Lagos: world's most expensive city
The Muzak was discreetly turned low. The restaurant table nicely appointed. The waiter dutifully attentive without being obsequious. But the steaming dish of African curry was sufficiently spicy to prompt the diner to nudge the waiter and suggest that perhaps some bread or a roll might just accompany the tongue-tingling meal.
''Of course,'' the waiter responded in his avuncular manner, but cautioned that it might have to come as toast. The few triangles of white toast and couple of pats of butter proved a costly incidental - about $7.50.
Welcome to Lagos, the world's most expensive city.
At least that is the dubious crown conferred in 1982 and again in 1983 on one of Africa's most densely populated cities.
According to Business International Corporation, a Geneva-based firm that advises transnational companies on how to determine living cost differentials paid to their employees living abroad, Lagos heads the league of 86 most expensive cities. Tokyo was runner-up. Cairo ran a strong third. Mexico City, assisted no doubt by devaluation of the peso, came in last with an index of 41 against Lagos's 144 and New York's 100.
Lagos prices, which have gone through the roof these past six months, provided the spark to ignite a military coup Dec. 31. The inflated prices are astronomic enough to suggest that Lagos may again have no contenders for its 1984 triple crown as world's costliest city.
John Bishop, who is here on a couple of years' assignment from Britain as a health engineer, found Christmas cheer came exceedingly dear last year. His 16 -lb. turkey cost him (STR)71 (just a feather under $100). He can rattle off other consumer prices at a rate that suggests they left an indelible imprint on his mind: $5.60 for a tin of tea, $7 for a packet of cornflakes, $8.40 for a pound of bacon. A 2- to 3-lb. chicken goes for $9.80, a cabbage is $5.60, butter
Much of the expensive bottled foodstuffs (like ketchup and pickles) that comes into the stores is illegal and smuggled in across African borders. But it is sold openly for everyone to see. Nobody bats an eyelid.
Says a Kenyan who works in Lagos for an international organization, referring to the pre-coup days:
''If you go to a party in Nigeria, and this includes the houses of some of the state ministers, you have champagne. Champagne was banned 10 years ago.''
Taxis also run up hefty fares. A trip from the center of the city to Ijeka, an industrial area of Lagos, will cost you there and back over $40. Several taxis a day, depending on the distances and the traffic patterns, easily match the cost of a night's accommodation in the United States.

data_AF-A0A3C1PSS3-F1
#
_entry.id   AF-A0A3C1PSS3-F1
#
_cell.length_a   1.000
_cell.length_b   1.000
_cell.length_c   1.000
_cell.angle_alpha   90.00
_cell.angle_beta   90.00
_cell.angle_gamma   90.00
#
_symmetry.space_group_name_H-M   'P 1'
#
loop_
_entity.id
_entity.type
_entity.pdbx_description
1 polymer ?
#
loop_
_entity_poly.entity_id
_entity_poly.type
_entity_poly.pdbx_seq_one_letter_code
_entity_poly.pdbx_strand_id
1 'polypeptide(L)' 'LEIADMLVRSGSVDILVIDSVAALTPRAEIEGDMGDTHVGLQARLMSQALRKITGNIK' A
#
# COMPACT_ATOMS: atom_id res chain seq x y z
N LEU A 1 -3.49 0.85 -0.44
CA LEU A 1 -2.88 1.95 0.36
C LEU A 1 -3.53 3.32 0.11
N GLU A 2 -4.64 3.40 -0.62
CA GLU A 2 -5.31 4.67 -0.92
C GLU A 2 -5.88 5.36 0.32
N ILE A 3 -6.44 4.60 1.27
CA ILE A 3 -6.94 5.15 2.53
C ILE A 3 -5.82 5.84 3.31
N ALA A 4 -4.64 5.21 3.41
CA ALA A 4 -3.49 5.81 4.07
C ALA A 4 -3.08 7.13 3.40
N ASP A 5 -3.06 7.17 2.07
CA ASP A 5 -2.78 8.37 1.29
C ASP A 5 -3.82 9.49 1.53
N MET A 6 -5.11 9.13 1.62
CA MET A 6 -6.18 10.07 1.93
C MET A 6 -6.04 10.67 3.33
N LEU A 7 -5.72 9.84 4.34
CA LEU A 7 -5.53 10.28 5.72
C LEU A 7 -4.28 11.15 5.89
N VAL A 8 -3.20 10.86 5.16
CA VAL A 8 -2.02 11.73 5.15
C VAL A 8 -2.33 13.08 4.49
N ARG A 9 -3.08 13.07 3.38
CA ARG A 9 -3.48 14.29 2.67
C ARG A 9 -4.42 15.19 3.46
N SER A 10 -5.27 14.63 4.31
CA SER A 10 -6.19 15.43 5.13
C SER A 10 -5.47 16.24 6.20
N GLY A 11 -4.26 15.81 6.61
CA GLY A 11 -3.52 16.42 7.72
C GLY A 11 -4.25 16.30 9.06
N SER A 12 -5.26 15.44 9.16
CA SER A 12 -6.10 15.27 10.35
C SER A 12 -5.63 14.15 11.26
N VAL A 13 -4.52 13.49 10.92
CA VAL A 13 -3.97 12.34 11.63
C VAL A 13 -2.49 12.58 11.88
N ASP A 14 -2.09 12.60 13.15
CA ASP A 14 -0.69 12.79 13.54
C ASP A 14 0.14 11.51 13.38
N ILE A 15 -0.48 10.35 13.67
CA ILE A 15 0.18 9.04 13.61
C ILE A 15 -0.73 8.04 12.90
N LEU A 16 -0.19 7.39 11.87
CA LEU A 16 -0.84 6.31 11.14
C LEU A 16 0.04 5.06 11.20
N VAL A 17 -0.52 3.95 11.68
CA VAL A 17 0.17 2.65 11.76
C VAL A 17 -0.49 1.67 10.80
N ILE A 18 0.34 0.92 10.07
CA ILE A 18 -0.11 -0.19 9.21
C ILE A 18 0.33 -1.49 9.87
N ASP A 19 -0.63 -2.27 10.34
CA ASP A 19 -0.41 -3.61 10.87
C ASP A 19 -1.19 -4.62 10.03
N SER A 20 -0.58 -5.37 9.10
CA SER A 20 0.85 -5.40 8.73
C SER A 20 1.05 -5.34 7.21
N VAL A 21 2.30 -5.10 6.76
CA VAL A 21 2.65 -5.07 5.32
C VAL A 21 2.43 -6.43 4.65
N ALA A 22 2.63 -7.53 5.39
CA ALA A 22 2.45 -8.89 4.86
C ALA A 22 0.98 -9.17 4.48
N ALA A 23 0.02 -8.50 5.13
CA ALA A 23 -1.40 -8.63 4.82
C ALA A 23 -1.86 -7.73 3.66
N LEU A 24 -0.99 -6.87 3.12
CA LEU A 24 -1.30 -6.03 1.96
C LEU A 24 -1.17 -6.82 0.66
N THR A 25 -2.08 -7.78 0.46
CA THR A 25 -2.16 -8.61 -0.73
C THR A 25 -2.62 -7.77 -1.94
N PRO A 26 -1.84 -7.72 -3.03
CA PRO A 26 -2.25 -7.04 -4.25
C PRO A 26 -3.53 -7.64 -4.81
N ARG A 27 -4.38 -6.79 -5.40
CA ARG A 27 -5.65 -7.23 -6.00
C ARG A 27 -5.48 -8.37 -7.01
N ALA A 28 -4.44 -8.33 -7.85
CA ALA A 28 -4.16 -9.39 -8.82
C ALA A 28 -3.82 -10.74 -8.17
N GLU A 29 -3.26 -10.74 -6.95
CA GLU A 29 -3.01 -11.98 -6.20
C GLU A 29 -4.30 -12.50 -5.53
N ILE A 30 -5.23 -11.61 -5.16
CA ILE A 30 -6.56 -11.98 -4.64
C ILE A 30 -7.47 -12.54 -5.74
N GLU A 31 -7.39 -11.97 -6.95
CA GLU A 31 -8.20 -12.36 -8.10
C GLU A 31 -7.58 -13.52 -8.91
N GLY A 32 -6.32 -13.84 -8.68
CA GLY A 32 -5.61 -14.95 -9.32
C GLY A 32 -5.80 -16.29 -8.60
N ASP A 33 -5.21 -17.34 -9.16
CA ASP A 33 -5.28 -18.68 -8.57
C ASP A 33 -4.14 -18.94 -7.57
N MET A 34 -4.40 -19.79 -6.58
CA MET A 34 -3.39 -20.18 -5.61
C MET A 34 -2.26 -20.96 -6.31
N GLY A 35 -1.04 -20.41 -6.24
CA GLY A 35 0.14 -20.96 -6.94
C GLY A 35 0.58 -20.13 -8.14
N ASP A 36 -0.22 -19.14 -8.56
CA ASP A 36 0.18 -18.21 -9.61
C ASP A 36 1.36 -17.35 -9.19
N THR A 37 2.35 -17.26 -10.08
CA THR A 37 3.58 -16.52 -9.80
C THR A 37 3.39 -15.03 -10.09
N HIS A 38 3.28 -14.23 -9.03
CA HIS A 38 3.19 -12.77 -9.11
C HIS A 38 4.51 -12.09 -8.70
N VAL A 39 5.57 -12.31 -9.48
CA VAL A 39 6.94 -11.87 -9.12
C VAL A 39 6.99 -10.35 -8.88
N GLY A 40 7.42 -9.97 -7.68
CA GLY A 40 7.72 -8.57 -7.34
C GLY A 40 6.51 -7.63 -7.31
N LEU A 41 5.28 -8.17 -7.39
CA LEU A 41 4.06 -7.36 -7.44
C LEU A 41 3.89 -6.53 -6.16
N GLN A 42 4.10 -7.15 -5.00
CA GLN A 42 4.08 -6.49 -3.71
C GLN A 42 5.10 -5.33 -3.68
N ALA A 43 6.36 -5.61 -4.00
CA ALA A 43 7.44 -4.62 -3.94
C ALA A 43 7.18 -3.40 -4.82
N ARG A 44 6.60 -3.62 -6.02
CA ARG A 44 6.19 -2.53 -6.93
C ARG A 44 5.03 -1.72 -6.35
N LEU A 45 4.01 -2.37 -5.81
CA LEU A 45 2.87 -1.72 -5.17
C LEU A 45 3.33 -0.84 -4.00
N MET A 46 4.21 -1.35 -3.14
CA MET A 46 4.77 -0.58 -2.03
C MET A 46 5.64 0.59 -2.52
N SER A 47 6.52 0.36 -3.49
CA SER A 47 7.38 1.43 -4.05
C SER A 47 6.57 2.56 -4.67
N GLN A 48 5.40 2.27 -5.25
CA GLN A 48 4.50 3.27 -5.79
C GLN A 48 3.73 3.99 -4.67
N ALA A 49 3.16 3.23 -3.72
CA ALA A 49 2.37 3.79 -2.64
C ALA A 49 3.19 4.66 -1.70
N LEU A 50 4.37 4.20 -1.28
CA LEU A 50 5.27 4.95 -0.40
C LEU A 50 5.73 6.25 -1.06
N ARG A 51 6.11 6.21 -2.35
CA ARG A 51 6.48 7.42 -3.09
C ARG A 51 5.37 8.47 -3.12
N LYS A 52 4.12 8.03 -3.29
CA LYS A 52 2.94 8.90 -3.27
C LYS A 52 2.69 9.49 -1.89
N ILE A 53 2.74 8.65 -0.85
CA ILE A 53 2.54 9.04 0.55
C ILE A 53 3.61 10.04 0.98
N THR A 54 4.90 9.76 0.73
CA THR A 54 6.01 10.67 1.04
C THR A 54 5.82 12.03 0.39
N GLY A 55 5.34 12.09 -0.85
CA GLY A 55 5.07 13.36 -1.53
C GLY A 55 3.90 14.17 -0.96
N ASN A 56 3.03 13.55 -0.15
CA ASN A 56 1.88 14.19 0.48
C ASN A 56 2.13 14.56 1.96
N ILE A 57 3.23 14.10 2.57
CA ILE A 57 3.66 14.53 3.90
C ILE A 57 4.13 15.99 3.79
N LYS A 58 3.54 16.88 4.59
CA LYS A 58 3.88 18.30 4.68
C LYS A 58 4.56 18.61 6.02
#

According to a local news report, it costs a multinational company in Nigeria between 100,000 and 150,000 naira (between $140,000 and $210,000) a year to maintain an expatriate in Lagos.
One expensive hassle is frequent power outages, sometimes two or three times a day, that knock out air conditioners, fans, electric lights, and elevators.
''Life without a standby generator is very uncomfortable'' testifies a newcomer to Lagos.
But the cost of these standby generators can run anywhere from $70,000 to $ 140,000, depending on whether they are intended to supply a residential home or an apartment complex.
Trying to find an air-conditioned house or apartment is another financial challenge.
Alf Burkett, just back from a breather in Britain, says a house in the Ikoyi area of Lagos costs (STR)50,000 ($70,000) a year for straight rent.
''On top of that,'' he adds, ''you have to get your food, steward, your guard , and your car. Most of them require you to pay three years' rent in advance, so you have to put up (STR)150,000 ($210,000) up front; 35,000 naira ($49,000) will only get you a two-bedroom apartment in Victoria Island in Lagos. I know. I've just done the exercise. If you move out to Isolo, you can get it for 5,000 naira. But you can't live out there. You're almost in the bush.''
Although cost-of-living allowances are renewed every year for most expatriates, prices jumped up so dramatically last year that the allowances could not keep pace with inflation. Nigerians, who have no such luxuries, faced prices that quadrupled and in some extreme cases rose 800 percent, on fixed salaries.
''No wonder the military, who threw out the civilian government who are to blame for this state of affairs, are greeted as heroes,'' says a Nigerian.